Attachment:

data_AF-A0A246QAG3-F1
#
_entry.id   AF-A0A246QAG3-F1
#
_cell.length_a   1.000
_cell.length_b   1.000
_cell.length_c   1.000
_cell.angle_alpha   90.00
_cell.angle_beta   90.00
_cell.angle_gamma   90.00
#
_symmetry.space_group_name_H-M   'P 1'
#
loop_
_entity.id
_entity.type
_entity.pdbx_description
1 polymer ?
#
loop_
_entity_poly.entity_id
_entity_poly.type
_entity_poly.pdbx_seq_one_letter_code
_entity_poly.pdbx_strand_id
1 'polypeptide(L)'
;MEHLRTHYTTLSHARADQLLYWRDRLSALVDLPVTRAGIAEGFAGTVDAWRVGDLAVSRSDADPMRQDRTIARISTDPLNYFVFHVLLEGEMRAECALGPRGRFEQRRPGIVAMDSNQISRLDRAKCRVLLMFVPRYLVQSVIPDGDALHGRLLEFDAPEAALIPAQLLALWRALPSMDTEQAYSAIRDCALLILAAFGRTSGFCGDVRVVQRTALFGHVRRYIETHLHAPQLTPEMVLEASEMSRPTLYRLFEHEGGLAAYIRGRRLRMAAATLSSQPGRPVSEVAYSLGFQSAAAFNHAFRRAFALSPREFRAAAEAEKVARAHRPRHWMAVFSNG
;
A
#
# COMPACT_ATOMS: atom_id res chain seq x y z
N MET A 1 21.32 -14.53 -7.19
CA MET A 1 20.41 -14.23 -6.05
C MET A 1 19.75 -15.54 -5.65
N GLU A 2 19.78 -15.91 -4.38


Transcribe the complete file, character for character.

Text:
data_AF-A0A246QAG3-F1
#
_entry.id   AF-A0A246QAG3-F1
#
_cell.length_a   1.000
_cell.length_b   1.000
_cell.length_c   1.000
_cell.angle_alpha   90.00
_cell.angle_beta   90.00
_cell.angle_gamma   90.00
#
_symmetry.space_group_name_H-M   'P 1'
#
loop_
_entity.id
_entity.type
_entity.pdbx_description
1 polymer ?
#
loop_
_entity_poly.entity_id
_entity_poly.type
_entity_poly.pdbx_seq_one_letter_code
_entity_poly.pdbx_strand_id
1 'polypeptide(L)'
;MEHLRTHYTTLSHARADQLLYWRDRLSALVDLPVTRAGIAEGFAGTVDAWRVGDLAVSRSDADPMRQDRTIARISTDPLNYFVFHVLLEGEMRAECALGPRGRFEQRRPGIVAMDSNQISRLDRAKCRVLLMFVPRYLVQSVIPDGDALHGRLLEFDAPEAALIPAQLLALWRALPSMDTEQAYSAIRDCALLILAAFGRTSGFCGDVRVVQRTALFGHVRRYIETHLHAPQLTPEMVLEASEMSRPTLYRLFEHEGGLAAYIRGRRLRMAAATLSSQPGRPVSEVAYSLGFQSAAAFNHAFRRAFALSPREFRAAAEAEKVARAHRPRHWMAVFSNG
;
A
#
# COMPACT_ATOMS: atom_id res chain seq x y z
N MET A 1 21.32 -14.53 -7.19
CA MET A 1 20.41 -14.23 -6.05
C MET A 1 19.75 -15.54 -5.65
N GLU A 2 19.78 -15.91 -4.38